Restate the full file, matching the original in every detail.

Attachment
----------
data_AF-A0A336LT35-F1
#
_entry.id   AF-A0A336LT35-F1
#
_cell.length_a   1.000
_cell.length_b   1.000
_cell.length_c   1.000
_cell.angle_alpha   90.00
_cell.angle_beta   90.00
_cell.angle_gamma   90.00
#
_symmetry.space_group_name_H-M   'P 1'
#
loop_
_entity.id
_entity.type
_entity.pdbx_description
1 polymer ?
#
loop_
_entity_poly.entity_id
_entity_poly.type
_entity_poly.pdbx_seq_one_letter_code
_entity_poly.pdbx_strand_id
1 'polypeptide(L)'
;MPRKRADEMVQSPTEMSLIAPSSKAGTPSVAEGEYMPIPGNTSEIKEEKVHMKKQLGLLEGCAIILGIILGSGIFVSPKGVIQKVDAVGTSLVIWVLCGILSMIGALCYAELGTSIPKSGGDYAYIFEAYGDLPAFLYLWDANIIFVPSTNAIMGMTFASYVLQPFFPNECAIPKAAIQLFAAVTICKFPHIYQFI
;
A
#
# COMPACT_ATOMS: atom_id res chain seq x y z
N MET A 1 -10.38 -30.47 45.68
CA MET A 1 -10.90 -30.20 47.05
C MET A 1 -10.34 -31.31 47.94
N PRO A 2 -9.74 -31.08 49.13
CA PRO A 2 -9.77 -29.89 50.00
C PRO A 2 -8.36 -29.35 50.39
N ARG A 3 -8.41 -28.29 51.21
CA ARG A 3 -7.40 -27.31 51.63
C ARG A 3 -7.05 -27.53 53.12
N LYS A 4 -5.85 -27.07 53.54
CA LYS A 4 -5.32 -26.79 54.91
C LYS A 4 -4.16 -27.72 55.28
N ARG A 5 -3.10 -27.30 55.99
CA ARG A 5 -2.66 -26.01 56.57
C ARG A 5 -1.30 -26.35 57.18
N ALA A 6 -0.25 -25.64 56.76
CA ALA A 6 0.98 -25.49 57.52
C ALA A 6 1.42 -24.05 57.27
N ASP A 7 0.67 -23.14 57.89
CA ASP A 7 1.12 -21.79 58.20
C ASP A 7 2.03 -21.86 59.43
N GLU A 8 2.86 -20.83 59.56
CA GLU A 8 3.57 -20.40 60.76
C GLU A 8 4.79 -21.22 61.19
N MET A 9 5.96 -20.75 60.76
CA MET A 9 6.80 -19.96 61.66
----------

data_AF-A0A336LT35-F1
#
_entry.id   AF-A0A336LT35-F1
#
_cell.length_a   1.000
_cell.length_b   1.000
_cell.length_c   1.000
_cell.angle_alpha   90.00
_cell.angle_beta   90.00
_cell.angle_gamma   90.00
#
_symmetry.space_group_name_H-M   'P 1'
#
loop_
_entity.id
_entity.type
_entity.pdbx_description
1 polymer ?
#
loop_
_entity_poly.entity_id
_entity_poly.type
_entity_poly.pdbx_seq_one_letter_code
_entity_poly.pdbx_strand_id
1 'polypeptide(L)'
;MPRKRADEMVQSPTEMSLIAPSSKAGTPSVAEGEYMPIPGNTSEIKEEKVHMKKQLGLLEGCAIILGIILGSGIFVSPKGVIQKVDAVGTSLVIWVLCGILSMIGALCYAELGTSIPKSGGDYAYIFEAYGDLPAFLYLWDANIIFVPSTNAIMGMTFASYVLQPFFPNECAIPKAAIQLFAAVTICKFPHIYQFI
;
A
#
# COMPACT_ATOMS: atom_id res chain seq x y z
N MET A 1 -10.38 -30.47 45.68
CA MET A 1 -10.90 -30.20 47.05
C MET A 1 -10.34 -31.31 47.94
N PRO A 2 -9.74 -31.08 49.13
CA PRO A 2 -9.77 -29.89 50.00
C PRO A 2 -8.36 -29.35 50.39
N ARG A 3 -8.41 -28.29 51.21
CA ARG A 3 -7.40 -27.31 51.63
C ARG A 3 -7.05 -27.53 53.12
N LYS A 4 -5.85 -27.07 53.54
CA LYS A 4 -5.32 -26.79 54.91
C LYS A 4 -4.16 -27.72 55.28
N ARG A 5 -3.10 -27.30 55.99
CA ARG A 5 -2.66 -26.01 56.57
C ARG A 5 -1.30 -26.35 57.18
N ALA A 6 -0.25 -25.64 56.76
CA ALA A 6 0.98 -25.49 57.52
C ALA A 6 1.42 -24.05 57.27
N ASP A 7 0.67 -23.14 57.89
CA ASP A 7 1.12 -21.79 58.20
C ASP A 7 2.03 -21.86 59.43
N GLU A 8 2.86 -20.83 59.56
CA GLU A 8 3.57 -20.40 60.76
C GLU A 8 4.79 -21.22 61.19
N MET A 9 5.96 -20.75 60.76
CA MET A 9 6.80 -19.96 61.66